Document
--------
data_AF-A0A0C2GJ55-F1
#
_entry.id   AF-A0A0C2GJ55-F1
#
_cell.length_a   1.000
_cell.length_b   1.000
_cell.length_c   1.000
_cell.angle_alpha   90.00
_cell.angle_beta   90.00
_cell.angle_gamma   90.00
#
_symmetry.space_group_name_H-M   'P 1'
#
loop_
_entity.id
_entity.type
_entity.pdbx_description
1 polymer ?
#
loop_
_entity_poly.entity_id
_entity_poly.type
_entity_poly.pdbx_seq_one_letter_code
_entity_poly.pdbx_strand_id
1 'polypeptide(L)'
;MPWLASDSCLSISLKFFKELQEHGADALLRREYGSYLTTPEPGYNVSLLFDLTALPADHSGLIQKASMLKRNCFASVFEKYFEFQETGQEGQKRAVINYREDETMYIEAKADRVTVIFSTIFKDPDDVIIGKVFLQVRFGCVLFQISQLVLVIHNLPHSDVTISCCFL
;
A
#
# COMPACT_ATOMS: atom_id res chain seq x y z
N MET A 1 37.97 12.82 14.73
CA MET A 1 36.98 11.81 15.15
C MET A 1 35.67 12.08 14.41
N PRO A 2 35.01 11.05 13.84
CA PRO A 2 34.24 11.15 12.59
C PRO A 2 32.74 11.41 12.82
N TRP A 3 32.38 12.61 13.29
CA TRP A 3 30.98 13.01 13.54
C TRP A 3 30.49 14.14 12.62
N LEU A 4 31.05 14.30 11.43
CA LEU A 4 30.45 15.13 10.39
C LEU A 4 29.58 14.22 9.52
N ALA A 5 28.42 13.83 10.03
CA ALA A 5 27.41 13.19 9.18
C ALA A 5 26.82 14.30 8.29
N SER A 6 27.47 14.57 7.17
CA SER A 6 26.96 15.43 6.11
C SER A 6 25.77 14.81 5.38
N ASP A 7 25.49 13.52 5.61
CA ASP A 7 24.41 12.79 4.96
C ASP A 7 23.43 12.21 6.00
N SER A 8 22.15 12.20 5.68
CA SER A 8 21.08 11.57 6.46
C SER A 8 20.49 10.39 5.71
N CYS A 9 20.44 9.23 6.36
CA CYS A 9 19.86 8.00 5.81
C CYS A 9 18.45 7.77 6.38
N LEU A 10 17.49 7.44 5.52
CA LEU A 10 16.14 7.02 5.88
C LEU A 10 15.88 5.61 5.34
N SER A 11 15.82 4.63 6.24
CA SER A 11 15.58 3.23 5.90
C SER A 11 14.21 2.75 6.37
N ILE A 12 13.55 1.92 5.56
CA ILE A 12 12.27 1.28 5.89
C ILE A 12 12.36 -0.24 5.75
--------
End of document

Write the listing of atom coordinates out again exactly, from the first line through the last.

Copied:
data_AF-A0A0C2GJ55-F1
#
_entry.id   AF-A0A0C2GJ55-F1
#
_cell.length_a   1.000
_cell.length_b   1.000
_cell.length_c   1.000
_cell.angle_alpha   90.00
_cell.angle_beta   90.00
_cell.angle_gamma   90.00
#
_symmetry.space_group_name_H-M   'P 1'
#
loop_
_entity.id
_entity.type
_entity.pdbx_description
1 polymer ?
#
loop_
_entity_poly.entity_id
_entity_poly.type
_entity_poly.pdbx_seq_one_letter_code
_entity_poly.pdbx_strand_id
1 'polypeptide(L)'
;MPWLASDSCLSISLKFFKELQEHGADALLRREYGSYLTTPEPGYNVSLLFDLTALPADHSGLIQKASMLKRNCFASVFEKYFEFQETGQEGQKRAVINYREDETMYIEAKADRVTVIFSTIFKDPDDVIIGKVFLQVRFGCVLFQISQLVLVIHNLPHSDVTISCCFL
;
A
#
# COMPACT_ATOMS: atom_id res chain seq x y z
N MET A 1 37.97 12.82 14.73
CA MET A 1 36.98 11.81 15.15
C MET A 1 35.67 12.08 14.41
N PRO A 2 35.01 11.05 13.84
CA PRO A 2 34.24 11.15 12.59
C PRO A 2 32.74 11.41 12.82
N TRP A 3 32.38 12.61 13.29
CA TRP A 3 30.98 13.01 13.54
C TRP A 3 30.49 14.14 12.62
N LEU A 4 31.05 14.30 11.43
CA LEU A 4 30.45 15.13 10.39
C LEU A 4 29.58 14.22 9.52
N ALA A 5 28.42 13.83 10.03
CA ALA A 5 27.41 13.19 9.18
C ALA A 5 26.82 14.30 8.29
N SER A 6 27.47 14.57 7.17
CA SER A 6 26.96 15.43 6.11
C SER A 6 25.77 14.81 5.38
N ASP A 7 25.49 13.52 5.61
CA ASP A 7 24.41 12.79 4.96
C ASP A 7 23.43 12.21 6.00
N SER A 8 22.15 12.20 5.68
CA SER A 8 21.08 11.57 6.46
C SER A 8 20.49 10.39 5.71
N CYS A 9 20.44 9.23 6.36
CA CYS A 9 19.86 8.00 5.81
C CYS A 9 18.45 7.77 6.38
N LEU A 10 17.49 7.44 5.52
CA LEU A 10 16.14 7.02 5.88
C LEU A 10 15.88 5.61 5.34
N SER A 11 15.82 4.63 6.24
CA SER A 11 15.58 3.23 5.90
C SER A 11 14.21 2.75 6.37
N ILE A 12 13.55 1.92 5.56
CA ILE A 12 12.27 1.28 5.89
C ILE A 12 12.36 -0.24 5.75